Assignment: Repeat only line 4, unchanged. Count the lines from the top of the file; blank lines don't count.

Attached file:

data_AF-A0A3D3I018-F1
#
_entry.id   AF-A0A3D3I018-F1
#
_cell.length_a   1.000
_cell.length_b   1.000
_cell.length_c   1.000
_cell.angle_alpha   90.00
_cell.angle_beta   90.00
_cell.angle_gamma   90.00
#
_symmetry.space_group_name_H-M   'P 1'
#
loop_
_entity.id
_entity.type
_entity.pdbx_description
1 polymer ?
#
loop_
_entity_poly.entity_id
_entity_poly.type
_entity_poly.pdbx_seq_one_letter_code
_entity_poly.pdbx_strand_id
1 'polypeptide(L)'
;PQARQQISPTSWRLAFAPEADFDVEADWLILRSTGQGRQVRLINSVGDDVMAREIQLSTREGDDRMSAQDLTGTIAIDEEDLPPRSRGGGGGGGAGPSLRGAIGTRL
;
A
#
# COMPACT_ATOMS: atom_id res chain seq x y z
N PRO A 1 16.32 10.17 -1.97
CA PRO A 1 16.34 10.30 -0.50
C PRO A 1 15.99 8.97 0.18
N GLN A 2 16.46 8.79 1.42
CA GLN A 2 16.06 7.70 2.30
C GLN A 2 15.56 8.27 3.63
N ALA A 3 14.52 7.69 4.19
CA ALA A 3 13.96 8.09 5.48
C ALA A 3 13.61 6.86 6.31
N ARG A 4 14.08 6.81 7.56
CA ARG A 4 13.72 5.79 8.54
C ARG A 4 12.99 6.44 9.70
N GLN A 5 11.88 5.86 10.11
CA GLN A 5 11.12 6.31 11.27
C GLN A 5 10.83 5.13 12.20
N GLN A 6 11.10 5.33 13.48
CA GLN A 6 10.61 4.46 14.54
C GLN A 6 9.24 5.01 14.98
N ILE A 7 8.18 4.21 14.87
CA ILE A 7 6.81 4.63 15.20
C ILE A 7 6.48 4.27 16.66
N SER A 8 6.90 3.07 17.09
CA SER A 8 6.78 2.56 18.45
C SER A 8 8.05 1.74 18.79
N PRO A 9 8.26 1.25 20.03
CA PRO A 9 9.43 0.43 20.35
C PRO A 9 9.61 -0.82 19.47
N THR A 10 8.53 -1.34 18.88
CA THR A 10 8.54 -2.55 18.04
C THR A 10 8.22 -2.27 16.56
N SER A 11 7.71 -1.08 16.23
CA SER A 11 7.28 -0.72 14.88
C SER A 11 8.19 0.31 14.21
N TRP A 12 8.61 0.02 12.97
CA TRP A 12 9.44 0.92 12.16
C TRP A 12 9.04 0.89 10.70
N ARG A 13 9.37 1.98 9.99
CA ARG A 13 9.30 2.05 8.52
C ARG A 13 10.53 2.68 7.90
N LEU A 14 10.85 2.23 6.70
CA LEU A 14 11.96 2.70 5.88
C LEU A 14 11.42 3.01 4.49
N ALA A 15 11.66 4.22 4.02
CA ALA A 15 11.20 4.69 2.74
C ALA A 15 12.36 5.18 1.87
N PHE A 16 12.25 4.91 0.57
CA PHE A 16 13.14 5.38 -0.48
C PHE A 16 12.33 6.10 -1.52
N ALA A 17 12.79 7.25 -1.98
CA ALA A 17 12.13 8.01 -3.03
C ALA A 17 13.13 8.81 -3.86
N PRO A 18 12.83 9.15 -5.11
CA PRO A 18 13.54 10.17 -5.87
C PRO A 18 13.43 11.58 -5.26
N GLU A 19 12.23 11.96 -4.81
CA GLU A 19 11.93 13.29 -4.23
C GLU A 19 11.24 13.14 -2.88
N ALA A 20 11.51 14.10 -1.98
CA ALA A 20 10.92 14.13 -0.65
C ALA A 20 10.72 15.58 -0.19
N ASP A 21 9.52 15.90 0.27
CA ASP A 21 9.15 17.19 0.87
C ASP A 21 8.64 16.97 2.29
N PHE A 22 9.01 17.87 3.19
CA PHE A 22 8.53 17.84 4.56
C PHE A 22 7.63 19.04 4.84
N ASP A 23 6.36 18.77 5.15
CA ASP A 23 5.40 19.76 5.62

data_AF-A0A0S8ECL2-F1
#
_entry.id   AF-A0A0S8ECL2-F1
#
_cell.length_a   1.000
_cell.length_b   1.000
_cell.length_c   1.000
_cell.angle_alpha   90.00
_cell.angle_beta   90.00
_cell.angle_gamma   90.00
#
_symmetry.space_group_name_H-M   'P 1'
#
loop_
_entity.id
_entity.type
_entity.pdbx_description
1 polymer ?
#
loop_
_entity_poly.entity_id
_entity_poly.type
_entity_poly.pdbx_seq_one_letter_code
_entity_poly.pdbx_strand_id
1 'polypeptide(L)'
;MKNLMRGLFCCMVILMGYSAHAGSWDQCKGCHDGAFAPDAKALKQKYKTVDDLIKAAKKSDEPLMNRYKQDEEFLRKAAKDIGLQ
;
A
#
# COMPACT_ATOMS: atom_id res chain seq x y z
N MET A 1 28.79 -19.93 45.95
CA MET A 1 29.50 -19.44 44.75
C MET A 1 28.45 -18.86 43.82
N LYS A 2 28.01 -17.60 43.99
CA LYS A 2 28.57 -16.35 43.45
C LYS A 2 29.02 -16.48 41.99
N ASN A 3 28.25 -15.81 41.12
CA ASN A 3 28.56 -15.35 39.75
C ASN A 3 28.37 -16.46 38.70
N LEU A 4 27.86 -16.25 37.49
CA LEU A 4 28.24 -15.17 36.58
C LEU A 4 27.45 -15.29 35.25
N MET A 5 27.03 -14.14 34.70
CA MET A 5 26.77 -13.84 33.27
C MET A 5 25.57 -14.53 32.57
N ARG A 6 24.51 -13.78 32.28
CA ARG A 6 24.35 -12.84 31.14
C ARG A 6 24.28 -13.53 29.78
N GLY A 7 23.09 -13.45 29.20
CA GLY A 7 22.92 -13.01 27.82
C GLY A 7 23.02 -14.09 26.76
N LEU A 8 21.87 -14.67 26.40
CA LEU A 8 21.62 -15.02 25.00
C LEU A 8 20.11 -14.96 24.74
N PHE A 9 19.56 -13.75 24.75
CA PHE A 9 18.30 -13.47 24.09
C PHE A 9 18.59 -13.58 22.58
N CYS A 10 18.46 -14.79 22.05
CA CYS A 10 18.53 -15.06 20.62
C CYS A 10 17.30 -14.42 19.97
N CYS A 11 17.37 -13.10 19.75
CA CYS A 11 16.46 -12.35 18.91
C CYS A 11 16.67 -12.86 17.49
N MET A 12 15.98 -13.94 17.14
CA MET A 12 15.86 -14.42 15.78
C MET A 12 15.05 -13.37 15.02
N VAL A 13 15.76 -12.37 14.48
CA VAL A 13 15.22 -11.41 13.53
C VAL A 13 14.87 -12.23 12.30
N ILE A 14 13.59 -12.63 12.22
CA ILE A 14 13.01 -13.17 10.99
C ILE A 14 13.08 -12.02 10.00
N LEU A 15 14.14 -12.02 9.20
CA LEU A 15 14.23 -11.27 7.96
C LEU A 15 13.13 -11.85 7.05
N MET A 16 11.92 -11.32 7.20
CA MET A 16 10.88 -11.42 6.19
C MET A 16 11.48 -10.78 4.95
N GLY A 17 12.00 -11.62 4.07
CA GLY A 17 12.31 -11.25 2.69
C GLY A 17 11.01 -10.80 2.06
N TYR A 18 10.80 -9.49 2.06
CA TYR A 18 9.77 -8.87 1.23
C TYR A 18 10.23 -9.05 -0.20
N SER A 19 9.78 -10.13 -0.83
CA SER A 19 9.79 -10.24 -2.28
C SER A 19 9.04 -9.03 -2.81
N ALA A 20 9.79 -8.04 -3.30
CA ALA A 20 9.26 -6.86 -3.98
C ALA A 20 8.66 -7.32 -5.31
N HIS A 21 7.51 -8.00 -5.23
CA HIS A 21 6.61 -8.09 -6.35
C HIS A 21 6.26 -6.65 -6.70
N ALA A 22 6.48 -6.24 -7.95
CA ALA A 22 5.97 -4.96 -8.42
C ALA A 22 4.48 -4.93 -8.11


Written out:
#